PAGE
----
Gowing’s Swamp, Henry David Thoreau, and Joe Biden

by John Cratsley

A path just outside our home in Concord leads one into Gowing’s Swamp, historically known as Thoreau’s Bog.  Thoreau referenced it in  his “Journal,” “Walden,” and “Walking” for a total of 37 entries.

I particularly like the “Journal” entry of August 30, 1858, “Consider how remote and novel that [Gowing’s Swamp]. Beneath it is a quaking bed of sphagnum, and in it grow … plants which scarcely a citizen of Concord ever sees. It would be as novel to them as to stand there as in a conservatory, or in Greenland.”

I also find quite revealing the “Journal” entry of February 18, 1858, “[George Minott] Told me how Casey, who was a slave to a man – Whitney, — who lived where Hawthorne owns, — the same house, — before the Revolution, ran off one Sunday, was pursued by the neighbors, and hid himself in the river up to his neck till nightfall, just across from Great Meadows. He ran through Gowing’s Swamp and came back that night to a Mrs. Cogswell, who lives where Charles Davis lives, and got something to eat; then cleared far away, enlisted, and was freed as a soldier after the war.”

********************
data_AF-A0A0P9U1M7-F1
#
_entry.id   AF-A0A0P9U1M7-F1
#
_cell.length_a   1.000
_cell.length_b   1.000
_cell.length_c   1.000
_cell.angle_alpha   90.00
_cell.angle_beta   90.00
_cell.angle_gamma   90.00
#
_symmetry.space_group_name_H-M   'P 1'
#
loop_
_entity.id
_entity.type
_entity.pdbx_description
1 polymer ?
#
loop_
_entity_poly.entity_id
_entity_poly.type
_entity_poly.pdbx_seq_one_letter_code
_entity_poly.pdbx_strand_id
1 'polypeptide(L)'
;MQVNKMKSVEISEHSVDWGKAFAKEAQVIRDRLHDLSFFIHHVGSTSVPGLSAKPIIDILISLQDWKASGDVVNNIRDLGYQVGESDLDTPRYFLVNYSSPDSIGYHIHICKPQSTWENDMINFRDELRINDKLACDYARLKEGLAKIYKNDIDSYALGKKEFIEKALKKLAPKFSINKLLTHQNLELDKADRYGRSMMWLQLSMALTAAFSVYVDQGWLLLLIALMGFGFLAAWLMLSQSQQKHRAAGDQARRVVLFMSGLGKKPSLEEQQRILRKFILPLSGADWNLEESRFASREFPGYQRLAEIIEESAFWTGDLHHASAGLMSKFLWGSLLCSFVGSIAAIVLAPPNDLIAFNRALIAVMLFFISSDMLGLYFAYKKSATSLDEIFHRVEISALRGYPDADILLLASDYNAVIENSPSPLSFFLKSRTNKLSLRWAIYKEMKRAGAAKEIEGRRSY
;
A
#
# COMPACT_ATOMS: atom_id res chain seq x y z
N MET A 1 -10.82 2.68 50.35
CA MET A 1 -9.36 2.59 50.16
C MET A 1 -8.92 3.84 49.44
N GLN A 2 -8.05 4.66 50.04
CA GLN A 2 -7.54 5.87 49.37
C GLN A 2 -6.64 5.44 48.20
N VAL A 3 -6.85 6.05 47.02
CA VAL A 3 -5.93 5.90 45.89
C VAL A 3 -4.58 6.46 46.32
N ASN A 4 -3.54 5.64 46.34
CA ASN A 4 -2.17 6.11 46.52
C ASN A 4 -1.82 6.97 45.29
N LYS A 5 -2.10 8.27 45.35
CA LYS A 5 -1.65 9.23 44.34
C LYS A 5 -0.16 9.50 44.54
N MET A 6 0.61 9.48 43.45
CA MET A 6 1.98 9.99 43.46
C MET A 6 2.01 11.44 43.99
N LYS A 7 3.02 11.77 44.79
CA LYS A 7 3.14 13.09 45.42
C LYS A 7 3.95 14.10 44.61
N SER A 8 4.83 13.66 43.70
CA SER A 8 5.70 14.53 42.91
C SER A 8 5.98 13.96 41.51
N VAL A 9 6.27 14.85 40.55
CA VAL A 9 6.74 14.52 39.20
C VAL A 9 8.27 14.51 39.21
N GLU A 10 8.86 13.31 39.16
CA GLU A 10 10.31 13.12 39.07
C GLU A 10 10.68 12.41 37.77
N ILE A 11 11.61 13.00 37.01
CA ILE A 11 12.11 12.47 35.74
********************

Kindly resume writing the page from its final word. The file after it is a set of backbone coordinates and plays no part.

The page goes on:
On November 3, Election Day 2020, I decided to walk to the polls through Gowing’s Swamp.  I did this because I wanted to elect a President who would protect our precious natural resources. I did this because I thought if I walked in the footsteps of Henry David Thoreau, it just might help Joe Biden get elected and protect our environment. When I finished voting, I returned home through Gowing’s Swamp proudly wearing my “I Voted Today” sticker.

Several days later, when I next walked in Gowing’s Swamp, and looking down, I took this photo:

Could this be my sticker left in Gowing’s Swamp for HDT?

John  Cratsley is a lecturer on law at Harvard Law School and a retired Massachusetts Superior Court Judge.

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